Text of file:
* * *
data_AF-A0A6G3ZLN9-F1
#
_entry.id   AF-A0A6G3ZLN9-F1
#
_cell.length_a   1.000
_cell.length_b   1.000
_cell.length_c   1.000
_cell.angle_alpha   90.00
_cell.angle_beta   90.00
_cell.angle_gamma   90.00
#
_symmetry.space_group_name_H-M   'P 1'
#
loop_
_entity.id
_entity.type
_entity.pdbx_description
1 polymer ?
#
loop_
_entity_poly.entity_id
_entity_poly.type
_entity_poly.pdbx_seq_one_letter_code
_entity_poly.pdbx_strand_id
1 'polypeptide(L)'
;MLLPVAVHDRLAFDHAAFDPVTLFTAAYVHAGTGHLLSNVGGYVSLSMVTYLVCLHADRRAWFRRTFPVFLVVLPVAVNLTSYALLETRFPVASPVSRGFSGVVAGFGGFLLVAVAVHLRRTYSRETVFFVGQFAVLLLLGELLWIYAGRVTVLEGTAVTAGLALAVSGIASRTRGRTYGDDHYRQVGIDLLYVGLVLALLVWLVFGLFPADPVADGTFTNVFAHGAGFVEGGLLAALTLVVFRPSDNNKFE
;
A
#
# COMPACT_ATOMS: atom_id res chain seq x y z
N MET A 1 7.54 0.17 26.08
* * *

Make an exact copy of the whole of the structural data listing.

data_AF-A0A6G3ZLN9-F1
#
_entry.id   AF-A0A6G3ZLN9-F1
#
_cell.length_a   1.000
_cell.length_b   1.000
_cell.length_c   1.000
_cell.angle_alpha   90.00
_cell.angle_beta   90.00
_cell.angle_gamma   90.00
#
_symmetry.space_group_name_H-M   'P 1'
#
loop_
_entity.id
_entity.type
_entity.pdbx_description
1 polymer ?
#
loop_
_entity_poly.entity_id
_entity_poly.type
_entity_poly.pdbx_seq_one_letter_code
_entity_poly.pdbx_strand_id
1 'polypeptide(L)'
;MLLPVAVHDRLAFDHAAFDPVTLFTAAYVHAGTGHLLSNVGGYVSLSMVTYLVCLHADRRAWFRRTFPVFLVVLPVAVNLTSYALLETRFPVASPVSRGFSGVVAGFGGFLLVAVAVHLRRTYSRETVFFVGQFAVLLLLGELLWIYAGRVTVLEGTAVTAGLALAVSGIASRTRGRTYGDDHYRQVGIDLLYVGLVLALLVWLVFGLFPADPVADGTFTNVFAHGAGFVEGGLLAALTLVVFRPSDNNKFE
;
A
#
# COMPACT_ATOMS: atom_id res chain seq x y z
N MET A 1 7.54 0.17 26.08